For the child to learn self-discipline, another factor that is just as important as choosing the right material for the child is that the child must be guided to achieve independence. Montessori believed that the child should be given the opportunity to work with materials in the environment. This is important because children learn best by using their five senses, so they have to manipulate things. There is no point in giving a child meaningless toys that move on their own and do not allow the child to communicate with them except to view them. The child learns nothing. That is why it is important that parents select their toys for children in the right way, with a view to learning skills.

Another factor is that the child must be helped to develop his will. The child can be allowed to use which activity he wants to work on. Because he has chosen the activity, he will have an interest in concentrating on it and thus completing the entire task. This will help in the development of his self-discipline, because Montessori believed that every child has a natural inner urge that will lead him to targeted activities such as repeating the activity to perfect the acquired skill. This repeated activity will help the child gain control over himself and the environment. Learning to make his own decisions about things like what he wants to do helps him take responsibility for his own actions. The activity he undertakes will help him understand the limits of reality, and then lead him to self-knowledge, self-control and self-discipline. Self-discipline is a very important characteristic that the child must reach in order to develop characteristics for him such as the power of attention and concentration and the independence to perform work and creativity to facilitate learning.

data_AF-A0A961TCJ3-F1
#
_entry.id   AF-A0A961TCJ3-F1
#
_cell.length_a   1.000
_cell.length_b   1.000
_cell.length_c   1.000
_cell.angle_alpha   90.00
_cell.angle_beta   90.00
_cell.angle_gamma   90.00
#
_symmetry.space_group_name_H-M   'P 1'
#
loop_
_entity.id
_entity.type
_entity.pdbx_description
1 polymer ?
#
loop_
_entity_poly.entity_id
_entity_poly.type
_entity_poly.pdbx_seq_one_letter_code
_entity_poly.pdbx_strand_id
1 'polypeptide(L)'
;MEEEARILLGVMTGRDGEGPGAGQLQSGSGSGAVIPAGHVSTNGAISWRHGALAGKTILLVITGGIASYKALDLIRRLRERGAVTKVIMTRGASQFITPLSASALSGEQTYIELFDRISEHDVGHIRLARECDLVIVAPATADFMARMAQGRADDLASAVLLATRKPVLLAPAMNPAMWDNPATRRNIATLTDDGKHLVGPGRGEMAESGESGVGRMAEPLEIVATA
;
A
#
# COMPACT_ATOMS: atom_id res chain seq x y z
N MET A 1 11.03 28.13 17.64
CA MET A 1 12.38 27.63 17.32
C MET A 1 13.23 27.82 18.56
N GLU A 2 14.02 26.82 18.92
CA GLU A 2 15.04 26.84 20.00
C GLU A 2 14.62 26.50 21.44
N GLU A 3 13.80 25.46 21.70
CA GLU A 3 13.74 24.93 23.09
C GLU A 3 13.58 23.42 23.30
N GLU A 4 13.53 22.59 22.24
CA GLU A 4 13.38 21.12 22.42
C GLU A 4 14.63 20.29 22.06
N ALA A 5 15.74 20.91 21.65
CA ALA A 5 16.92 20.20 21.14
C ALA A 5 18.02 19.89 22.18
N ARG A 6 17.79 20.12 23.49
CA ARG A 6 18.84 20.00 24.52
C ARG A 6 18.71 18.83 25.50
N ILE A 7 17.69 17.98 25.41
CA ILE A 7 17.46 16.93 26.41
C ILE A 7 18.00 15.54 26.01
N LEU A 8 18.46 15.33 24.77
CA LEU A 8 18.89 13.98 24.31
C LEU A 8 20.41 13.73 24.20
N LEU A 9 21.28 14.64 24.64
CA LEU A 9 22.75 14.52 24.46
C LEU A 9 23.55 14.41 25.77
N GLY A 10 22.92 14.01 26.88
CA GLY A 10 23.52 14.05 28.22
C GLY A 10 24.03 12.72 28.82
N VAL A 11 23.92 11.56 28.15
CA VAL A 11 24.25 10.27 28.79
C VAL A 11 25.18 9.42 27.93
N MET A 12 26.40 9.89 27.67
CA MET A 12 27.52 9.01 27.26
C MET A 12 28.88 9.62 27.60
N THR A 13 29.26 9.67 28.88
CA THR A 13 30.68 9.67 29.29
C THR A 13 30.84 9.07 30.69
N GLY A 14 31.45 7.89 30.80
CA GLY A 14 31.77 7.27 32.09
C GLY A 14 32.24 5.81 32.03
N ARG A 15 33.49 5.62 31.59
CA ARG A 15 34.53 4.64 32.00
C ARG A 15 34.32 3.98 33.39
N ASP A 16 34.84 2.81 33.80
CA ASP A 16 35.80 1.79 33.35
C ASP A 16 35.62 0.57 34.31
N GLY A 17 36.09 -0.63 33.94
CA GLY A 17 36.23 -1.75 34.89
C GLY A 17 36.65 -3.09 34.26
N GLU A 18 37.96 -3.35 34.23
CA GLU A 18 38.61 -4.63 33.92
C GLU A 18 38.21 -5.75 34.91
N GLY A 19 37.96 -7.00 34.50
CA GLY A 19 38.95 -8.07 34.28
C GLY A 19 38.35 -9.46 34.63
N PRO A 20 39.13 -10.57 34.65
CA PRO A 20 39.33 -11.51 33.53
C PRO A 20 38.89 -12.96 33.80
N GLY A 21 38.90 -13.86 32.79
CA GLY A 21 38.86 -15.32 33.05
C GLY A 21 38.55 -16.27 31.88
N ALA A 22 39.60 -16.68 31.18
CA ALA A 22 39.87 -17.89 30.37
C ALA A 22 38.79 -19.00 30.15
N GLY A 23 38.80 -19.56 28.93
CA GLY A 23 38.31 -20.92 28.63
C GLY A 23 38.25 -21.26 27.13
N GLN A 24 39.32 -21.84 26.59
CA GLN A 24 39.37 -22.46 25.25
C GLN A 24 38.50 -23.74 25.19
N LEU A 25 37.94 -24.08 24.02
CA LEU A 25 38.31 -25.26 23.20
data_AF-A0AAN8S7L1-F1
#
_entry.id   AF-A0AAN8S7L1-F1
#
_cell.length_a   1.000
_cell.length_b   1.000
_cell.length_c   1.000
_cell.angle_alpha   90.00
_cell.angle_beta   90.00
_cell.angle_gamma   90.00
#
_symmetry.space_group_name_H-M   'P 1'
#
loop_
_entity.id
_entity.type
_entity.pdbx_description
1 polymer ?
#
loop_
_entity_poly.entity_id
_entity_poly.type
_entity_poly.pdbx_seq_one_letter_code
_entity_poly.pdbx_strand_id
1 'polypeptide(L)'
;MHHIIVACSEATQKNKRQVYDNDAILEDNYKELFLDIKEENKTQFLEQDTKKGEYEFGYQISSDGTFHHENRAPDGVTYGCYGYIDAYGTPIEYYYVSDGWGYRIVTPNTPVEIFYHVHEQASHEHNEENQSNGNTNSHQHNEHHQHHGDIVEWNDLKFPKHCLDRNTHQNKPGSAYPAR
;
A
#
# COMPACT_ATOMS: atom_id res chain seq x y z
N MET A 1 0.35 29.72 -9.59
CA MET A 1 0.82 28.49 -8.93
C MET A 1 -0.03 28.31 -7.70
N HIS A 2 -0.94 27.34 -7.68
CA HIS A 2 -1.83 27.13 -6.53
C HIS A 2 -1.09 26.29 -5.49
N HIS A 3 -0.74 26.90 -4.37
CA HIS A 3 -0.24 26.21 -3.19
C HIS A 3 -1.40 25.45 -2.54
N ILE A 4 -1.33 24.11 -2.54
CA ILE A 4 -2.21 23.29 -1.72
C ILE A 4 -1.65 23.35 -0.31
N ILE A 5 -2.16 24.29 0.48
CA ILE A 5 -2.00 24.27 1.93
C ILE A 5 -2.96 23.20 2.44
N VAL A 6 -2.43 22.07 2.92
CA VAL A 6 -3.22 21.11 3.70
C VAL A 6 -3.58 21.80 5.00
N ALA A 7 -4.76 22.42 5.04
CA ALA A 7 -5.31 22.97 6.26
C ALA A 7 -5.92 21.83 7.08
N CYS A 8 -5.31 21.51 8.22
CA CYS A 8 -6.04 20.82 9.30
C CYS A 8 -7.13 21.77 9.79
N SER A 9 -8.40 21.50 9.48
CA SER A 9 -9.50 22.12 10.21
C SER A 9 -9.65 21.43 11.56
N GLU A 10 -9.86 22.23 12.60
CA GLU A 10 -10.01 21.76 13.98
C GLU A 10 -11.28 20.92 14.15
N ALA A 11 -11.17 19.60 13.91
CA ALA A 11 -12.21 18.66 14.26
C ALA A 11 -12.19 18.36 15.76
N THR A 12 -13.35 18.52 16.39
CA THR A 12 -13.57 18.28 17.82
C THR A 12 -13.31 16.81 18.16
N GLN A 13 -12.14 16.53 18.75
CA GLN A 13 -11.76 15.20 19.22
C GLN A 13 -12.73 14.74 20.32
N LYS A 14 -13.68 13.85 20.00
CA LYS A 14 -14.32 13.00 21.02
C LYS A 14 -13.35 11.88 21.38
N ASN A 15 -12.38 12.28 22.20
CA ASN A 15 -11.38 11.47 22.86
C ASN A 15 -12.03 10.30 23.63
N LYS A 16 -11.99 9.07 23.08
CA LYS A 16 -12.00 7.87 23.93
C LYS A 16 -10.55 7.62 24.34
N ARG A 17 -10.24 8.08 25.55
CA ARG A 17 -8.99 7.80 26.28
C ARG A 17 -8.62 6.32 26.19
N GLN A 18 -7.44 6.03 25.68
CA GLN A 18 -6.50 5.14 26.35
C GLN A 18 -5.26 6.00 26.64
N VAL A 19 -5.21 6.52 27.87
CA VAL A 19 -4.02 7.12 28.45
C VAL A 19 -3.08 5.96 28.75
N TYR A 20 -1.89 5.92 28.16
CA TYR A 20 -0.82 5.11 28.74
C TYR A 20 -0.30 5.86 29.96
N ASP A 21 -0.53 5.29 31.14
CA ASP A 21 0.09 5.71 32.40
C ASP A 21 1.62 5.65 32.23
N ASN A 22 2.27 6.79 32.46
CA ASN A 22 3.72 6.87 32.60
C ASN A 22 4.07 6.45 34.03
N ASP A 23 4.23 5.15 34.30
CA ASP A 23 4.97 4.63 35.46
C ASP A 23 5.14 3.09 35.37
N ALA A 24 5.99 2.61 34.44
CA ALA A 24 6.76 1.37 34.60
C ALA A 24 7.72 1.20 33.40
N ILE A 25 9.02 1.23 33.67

To help the child develop self-discipline, he or she must get constructive work. It is there for the teacher or main caregiver to find out from the child what skills need to be developed and what activities will interest him at that time. In a well-prepared environment where the materials for the activities are properly presented to him, he can choose the activity that interests him most and thus help him to concentrate on the task he has to perform. The child should not have too many activities because it confuses his mind and disrupts his development. It is therefore important that the teacher or caregiver understands the child and is able to respond adequately. Because the child likes to manipulate things and students the best by playing, the presented activity should be fun and exciting for the child. Only in this way will the child be able to develop his self-discipline when he actively involves himself in his chosen work.